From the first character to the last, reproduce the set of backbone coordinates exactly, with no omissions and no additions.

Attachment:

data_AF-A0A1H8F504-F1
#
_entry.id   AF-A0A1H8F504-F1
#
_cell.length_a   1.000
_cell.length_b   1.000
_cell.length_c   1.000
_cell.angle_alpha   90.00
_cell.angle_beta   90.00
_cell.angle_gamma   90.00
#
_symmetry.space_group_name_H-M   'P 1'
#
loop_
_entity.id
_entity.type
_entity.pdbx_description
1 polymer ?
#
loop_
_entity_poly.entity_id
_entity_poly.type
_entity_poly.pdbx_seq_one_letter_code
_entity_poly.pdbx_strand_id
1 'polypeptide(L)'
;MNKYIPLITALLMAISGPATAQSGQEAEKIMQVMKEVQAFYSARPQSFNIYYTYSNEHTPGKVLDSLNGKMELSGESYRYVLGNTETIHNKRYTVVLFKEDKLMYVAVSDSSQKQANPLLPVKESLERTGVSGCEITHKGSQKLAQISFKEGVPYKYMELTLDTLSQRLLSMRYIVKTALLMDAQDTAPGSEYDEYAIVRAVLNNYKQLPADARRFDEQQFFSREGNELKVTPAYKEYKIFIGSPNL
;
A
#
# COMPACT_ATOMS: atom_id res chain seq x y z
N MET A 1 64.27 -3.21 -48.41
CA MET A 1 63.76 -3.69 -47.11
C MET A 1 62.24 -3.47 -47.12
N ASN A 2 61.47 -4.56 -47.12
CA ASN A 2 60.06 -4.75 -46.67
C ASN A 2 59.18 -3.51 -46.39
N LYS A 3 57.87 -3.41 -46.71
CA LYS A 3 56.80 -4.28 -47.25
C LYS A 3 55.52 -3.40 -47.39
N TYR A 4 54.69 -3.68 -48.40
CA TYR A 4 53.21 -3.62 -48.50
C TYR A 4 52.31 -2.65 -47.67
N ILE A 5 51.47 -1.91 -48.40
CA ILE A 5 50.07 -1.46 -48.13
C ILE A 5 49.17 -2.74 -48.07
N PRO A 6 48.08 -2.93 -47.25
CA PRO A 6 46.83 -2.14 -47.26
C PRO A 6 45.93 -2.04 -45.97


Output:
data_AF-A0A1H8F504-F1
#
_entry.id   AF-A0A1H8F504-F1
#
_cell.length_a   1.000
_cell.length_b   1.000
_cell.length_c   1.000
_cell.angle_alpha   90.00
_cell.angle_beta   90.00
_cell.angle_gamma   90.00
#
_symmetry.space_group_name_H-M   'P 1'
#
loop_
_entity.id
_entity.type
_entity.pdbx_description
1 polymer ?
#
loop_
_entity_poly.entity_id
_entity_poly.type
_entity_poly.pdbx_seq_one_letter_code
_entity_poly.pdbx_strand_id
1 'polypeptide(L)'
;MNKYIPLITALLMAISGPATAQSGQEAEKIMQVMKEVQAFYSARPQSFNIYYTYSNEHTPGKVLDSLNGKMELSGESYRYVLGNTETIHNKRYTVVLFKEDKLMYVAVSDSSQKQANPLLPVKESLERTGVSGCEITHKGSQKLAQISFKEGVPYKYMELTLDTLSQRLLSMRYIVKTALLMDAQDTAPGSEYDEYAIVRAVLNNYKQLPADARRFDEQQFFSREGNELKVTPAYKEYKIFIGSPNL
;
A
#
# COMPACT_ATOMS: atom_id res chain seq x y z
N MET A 1 64.27 -3.21 -48.41
CA MET A 1 63.76 -3.69 -47.11
C MET A 1 62.24 -3.47 -47.12
N ASN A 2 61.47 -4.56 -47.12
CA ASN A 2 60.06 -4.75 -46.67
C ASN A 2 59.18 -3.51 -46.39
N LYS A 3 57.87 -3.41 -46.71
CA LYS A 3 56.80 -4.28 -47.25
C LYS A 3 55.52 -3.40 -47.39
N TYR A 4 54.69 -3.68 -48.40
CA TYR A 4 53.21 -3.62 -48.50
C TYR A 4 52.31 -2.65 -47.67
N ILE A 5 51.47 -1.91 -48.40
CA ILE A 5 50.07 -1.46 -48.13
C ILE A 5 49.17 -2.74 -48.07
N PRO A 6 48.08 -2.93 -47.25
CA PRO A 6 46.83 -2.14 -47.26
C PRO A 6 45.93 -2.04 -45.97